March 30, 2024

Are Pineapples Berries? Plus Bonus Tips and Tasty Recipes!


Have you ever stopped to wonder are pineapples truly berries? The answer might just surprise you. In this post, we delve into the facts, tips, tricks and recipes that showcase pineapples. Let's dive in!

Are Pineapples Berries?

Yes, pineapple is considered a type of berry. It is classified as a multiple fruit, which means it develops from the fusion of multiple flowers into a single fruit. The individual "scales" on the surface of a pineapple are actually individual flowers that have fused together.

So, while it might not fit the typical image of a berry, pineapples do fall under the definition of a berry!

How Does Pineapple Grow? And Other Fun Facts

How Does Pineapple Grow? Pineapples grow from the top portion of mature fruits called "crowns." After about 1-1.5 years, the plant produces flowers at the top. Each flower becomes a small fruit, which fuses with others to form a pineapple. The fruit changes from green to yellow as it ripens. 

Bromelain: Have you ever had a sore mouth from eating too much fresh pineapple? Did you know, this could be caused by an enzyme called bromelain. It is found in large quantities in fresh pineapple. Canned pineapple has been treated with heat and no longer contains bromelain. If you're looking for a way to enjoy pineapple without a sore mouth, choose canned pineapple.

Tropical Origin: Pineapples are native to South America and were spread throughout the world by explorers and traders.

Ananas comosus: The scientific name for the pineapple is "Ananas comosus." "Ananas" is derived from the Guarani word for the fruit.

Nutrient Rich: Pineapples are rich in vitamin C, manganese, and dietary fiber.

Tips to Getting the Most Out of Your Pineapple

Choosing a Ripe Pineapple: Look for a pineapple with vibrant green leaves and a sweet aroma at the base. The fruit should feel slightly firm but not overly hard. 

Choose a pineapple that feels heavy for its size. This can be an indication of juiciness.

Give the base of the pineapple a gentle sniff. A ripe pineapple will have a sweet, fragrant aroma at the stem end. If it smells sour or has no aroma, it might not be fully ripe.

Enhancing Flavor: Sprinkle a bit of salt, chili powder, or lime juice on freshly cut pineapple to enhance its natural sweetness and flavor.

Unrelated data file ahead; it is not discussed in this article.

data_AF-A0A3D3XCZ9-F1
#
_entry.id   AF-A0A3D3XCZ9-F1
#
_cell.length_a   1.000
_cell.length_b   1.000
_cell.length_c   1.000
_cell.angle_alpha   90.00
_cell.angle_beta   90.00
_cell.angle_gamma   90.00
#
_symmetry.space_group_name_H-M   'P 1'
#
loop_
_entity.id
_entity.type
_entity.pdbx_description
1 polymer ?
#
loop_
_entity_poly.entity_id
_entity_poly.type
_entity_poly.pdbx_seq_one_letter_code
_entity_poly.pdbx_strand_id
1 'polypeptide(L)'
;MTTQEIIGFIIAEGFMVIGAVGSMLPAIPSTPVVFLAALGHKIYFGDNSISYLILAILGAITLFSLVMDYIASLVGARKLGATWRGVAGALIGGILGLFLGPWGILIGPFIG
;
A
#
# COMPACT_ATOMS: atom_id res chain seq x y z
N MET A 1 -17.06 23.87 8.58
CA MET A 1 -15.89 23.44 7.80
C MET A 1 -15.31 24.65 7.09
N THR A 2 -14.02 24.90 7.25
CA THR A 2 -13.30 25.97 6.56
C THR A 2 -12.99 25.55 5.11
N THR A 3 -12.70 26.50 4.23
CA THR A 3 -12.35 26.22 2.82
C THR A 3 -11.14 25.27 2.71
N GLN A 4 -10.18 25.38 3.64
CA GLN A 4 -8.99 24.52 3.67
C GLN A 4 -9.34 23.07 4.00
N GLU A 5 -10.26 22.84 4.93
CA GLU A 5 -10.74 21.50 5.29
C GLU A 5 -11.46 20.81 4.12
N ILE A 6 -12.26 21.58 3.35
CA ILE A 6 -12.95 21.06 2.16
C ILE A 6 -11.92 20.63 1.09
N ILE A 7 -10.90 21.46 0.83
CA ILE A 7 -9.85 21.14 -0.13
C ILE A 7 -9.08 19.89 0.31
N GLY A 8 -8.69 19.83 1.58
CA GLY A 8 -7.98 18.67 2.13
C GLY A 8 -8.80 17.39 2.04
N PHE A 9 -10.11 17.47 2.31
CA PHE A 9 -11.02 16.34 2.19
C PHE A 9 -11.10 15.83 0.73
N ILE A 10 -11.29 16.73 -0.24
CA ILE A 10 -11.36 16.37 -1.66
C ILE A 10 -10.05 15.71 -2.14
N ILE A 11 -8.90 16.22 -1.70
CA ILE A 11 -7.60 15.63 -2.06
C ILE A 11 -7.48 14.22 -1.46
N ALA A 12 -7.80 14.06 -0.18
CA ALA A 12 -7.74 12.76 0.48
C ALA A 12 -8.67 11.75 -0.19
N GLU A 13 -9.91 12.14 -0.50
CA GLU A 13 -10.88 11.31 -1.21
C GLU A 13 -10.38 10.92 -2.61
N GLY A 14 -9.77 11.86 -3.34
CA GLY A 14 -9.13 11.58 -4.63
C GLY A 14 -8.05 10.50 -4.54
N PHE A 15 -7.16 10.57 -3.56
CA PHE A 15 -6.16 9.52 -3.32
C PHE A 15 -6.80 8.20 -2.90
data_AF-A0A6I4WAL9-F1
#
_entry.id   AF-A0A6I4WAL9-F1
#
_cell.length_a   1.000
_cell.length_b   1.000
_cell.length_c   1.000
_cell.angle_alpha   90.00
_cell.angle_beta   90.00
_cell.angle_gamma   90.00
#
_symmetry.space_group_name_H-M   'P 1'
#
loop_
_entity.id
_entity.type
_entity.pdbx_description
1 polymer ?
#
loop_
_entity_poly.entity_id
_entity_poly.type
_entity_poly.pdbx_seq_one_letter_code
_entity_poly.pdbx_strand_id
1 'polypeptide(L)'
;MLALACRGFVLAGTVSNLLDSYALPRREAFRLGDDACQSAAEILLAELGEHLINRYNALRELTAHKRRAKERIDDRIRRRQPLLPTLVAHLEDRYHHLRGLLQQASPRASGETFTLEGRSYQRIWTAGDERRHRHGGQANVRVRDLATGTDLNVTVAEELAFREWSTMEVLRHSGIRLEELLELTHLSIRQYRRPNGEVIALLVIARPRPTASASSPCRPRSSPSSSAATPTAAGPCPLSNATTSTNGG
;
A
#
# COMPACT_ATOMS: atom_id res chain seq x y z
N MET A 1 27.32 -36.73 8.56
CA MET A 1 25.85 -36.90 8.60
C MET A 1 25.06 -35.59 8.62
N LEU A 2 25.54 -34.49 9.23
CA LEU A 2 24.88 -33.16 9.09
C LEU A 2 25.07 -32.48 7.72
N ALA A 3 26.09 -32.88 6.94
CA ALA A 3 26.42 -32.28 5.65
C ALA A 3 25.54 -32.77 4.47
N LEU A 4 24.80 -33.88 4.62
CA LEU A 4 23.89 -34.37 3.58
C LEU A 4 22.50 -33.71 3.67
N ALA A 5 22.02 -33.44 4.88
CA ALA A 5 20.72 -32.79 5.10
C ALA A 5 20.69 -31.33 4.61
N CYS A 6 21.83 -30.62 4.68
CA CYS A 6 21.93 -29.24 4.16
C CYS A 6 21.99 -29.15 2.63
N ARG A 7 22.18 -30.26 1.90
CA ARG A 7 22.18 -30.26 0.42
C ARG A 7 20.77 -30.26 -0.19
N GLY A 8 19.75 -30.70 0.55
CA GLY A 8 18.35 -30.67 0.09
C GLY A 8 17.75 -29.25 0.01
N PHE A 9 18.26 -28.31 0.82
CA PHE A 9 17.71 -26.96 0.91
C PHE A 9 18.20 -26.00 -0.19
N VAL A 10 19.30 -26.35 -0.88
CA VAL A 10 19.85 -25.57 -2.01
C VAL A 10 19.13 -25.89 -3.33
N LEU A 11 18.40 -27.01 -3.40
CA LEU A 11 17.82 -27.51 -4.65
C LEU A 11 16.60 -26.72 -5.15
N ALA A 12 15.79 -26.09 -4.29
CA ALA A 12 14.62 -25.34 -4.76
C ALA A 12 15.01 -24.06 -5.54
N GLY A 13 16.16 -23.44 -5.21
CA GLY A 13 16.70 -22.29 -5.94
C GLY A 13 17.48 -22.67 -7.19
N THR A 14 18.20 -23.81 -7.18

Multiple Uses: Pineapple can be eaten in many different ways. Eat it plain, add it to salads, grill it for a kabob, or cook it in a casserole. 

Can Pineapple Be Frozen?

Yes, pineapple can absolutely be frozen. Freezing pineapple is a great way to preserve its freshness and enjoy it later in various dishes and recipes. Here's how you can freeze pineapple:

1. Prepare the Pineapple:

  • Choose ripe pineapples. They should have a sweet aroma and slightly firm texture.
  • Peel the pineapple and remove the core.
  • Cut the pineapple into chunks, slices, or whatever shape you prefer.

2. Freezing:

  • Arrange the pineapple pieces in a single layer on a baking sheet or tray.
  • Place the tray in the freezer for a few hours until the pineapple chunks are frozen individually.
  • Once the pineapple is frozen, transfer the pieces to a resealable freezer bag or an airtight container.
  • Squeeze out excess air from the bag before sealing it to prevent freezer burn.
  • Label the bag with the date for reference.

3. Storage:

  • Frozen pineapple can be stored in the freezer for up to 6 to 12 months.
  • To use the frozen pineapple, simply take out the desired amount from the freezer bag and use it in your recipes. There's no need to thaw it before using it in most cases.

4. Usage:

  • Frozen pineapple can be used in smoothies, desserts, baked goods, and various savory dishes.
  • It's versatile and adds a refreshing tropical flavor to your creations.

Remember that freezing can slightly alter the texture of the pineapple, making it a bit softer once thawed. However, it will still be delicious and usable in a variety of recipes.

Our Favorite Pineapple Recipe: Pineapple Sweet and Sour Chicken

Here at Create Better Health, we like to find unique ways to add fruits and vegetables to meals. This recipe does just that. It is loaded with lots of fresh veggies and a can of pineapple. Serve it over brown rice to make it a complete MyPlate meal!

First, chop all your veggies: 1 green pepper, 2 carrots, 2 stalks of celery, and 1 onion.

Next, make the sauce. Combine the pineapple juice from the can, water, vinegar, brown sugar, ginger, and cornstarch. Stir until combined.

Cut the chicken into cubes, and saute it in olive oil over medium-high heat until cooked through. Add in your vegetables and continue to sauté until they are al dente. Al dente means firm to the bite. This is in between mushy, overcooked, and hard, undercooked.

After that, add the sauce and keep stirring until it has thickened.

Serve over rice and garnish with pineapple chunks.  Enjoy!

pineapple sweet and sour chicken

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